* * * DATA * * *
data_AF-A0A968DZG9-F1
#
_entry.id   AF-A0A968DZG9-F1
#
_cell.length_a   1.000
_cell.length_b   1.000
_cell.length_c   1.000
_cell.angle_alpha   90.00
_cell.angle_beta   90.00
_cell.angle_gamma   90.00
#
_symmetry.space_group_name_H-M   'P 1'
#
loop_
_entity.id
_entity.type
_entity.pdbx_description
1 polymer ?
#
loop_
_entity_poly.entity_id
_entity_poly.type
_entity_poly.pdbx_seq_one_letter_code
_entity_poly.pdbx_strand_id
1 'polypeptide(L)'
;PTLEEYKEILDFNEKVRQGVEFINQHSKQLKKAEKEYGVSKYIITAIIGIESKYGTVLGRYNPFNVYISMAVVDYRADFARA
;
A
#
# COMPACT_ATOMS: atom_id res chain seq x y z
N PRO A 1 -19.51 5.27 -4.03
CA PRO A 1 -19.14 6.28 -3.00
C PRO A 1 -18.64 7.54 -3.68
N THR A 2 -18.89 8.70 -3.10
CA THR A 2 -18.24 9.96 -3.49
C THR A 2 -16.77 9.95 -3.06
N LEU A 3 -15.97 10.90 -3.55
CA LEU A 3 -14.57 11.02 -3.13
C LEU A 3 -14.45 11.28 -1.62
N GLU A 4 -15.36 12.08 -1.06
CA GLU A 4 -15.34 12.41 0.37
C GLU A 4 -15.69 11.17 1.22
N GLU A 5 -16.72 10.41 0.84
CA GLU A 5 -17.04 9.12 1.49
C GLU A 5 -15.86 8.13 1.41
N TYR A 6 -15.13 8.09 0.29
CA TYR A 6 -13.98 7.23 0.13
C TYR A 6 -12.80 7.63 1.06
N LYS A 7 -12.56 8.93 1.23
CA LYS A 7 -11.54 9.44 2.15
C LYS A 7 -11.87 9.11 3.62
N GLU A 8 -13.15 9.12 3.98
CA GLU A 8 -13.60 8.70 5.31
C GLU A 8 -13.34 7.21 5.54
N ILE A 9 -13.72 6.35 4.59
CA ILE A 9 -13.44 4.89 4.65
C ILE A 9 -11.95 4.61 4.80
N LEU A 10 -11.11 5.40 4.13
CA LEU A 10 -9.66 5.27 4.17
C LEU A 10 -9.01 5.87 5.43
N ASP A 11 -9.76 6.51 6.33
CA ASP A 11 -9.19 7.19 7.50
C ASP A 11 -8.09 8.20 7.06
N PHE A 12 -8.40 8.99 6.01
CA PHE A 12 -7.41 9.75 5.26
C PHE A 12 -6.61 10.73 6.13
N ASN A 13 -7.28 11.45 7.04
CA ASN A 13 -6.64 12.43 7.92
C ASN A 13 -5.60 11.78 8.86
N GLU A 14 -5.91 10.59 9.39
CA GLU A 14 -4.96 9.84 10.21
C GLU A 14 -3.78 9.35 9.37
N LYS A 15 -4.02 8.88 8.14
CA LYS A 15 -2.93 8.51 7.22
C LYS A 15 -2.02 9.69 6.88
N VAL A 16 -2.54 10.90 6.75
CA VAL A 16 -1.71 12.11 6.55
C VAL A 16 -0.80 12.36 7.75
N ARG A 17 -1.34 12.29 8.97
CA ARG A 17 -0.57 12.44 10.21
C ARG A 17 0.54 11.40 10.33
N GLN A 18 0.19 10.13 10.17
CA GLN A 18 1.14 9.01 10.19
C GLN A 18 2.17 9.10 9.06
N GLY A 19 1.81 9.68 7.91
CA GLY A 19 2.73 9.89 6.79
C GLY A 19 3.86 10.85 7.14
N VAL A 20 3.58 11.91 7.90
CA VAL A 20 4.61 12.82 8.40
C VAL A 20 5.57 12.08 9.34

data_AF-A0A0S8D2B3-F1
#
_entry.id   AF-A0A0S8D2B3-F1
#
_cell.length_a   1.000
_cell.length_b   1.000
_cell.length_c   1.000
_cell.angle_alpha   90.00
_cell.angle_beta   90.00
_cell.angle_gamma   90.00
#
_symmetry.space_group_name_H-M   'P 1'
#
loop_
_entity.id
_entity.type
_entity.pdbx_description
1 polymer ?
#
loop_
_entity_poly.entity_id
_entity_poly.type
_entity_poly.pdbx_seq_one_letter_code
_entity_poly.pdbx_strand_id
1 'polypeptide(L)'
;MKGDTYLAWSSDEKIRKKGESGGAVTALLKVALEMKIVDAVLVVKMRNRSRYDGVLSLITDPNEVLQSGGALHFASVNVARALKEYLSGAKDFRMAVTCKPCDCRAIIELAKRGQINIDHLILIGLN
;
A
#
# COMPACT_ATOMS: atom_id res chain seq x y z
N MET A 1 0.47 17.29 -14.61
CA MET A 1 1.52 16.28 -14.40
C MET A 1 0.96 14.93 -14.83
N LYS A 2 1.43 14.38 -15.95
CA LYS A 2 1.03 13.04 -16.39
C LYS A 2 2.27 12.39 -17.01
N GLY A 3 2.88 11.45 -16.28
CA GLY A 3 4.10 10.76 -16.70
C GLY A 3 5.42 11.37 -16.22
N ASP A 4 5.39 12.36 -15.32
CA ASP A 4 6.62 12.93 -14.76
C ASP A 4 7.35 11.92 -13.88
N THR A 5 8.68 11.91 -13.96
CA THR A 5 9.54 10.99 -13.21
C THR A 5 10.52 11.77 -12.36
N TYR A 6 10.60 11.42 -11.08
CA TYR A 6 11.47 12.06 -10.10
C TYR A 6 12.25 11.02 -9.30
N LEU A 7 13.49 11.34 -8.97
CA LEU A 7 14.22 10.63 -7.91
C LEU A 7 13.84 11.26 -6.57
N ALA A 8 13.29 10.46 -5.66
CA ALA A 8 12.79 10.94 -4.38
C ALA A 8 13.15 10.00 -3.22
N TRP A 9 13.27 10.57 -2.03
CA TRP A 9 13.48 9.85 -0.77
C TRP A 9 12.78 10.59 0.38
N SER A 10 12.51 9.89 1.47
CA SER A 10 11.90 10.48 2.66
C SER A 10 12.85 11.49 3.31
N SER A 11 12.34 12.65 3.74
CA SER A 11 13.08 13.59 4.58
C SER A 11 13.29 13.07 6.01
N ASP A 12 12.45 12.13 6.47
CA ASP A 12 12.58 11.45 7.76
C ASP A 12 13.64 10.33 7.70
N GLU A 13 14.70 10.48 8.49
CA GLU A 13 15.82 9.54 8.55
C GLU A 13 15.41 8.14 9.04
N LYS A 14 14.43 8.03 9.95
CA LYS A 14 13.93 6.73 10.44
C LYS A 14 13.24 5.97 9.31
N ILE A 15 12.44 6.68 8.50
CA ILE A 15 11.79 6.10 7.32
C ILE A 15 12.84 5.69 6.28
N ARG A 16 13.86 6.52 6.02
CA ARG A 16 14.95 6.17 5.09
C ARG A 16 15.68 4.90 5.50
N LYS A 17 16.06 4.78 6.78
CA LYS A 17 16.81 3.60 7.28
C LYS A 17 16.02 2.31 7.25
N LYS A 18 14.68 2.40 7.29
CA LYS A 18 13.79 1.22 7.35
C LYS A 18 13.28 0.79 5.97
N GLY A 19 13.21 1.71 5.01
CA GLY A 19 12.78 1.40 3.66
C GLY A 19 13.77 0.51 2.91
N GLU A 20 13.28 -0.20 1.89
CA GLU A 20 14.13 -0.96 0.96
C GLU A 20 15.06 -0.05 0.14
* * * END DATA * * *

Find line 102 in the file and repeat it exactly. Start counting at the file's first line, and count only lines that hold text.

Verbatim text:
_symmetry.space_group_name_H-M   'P 1'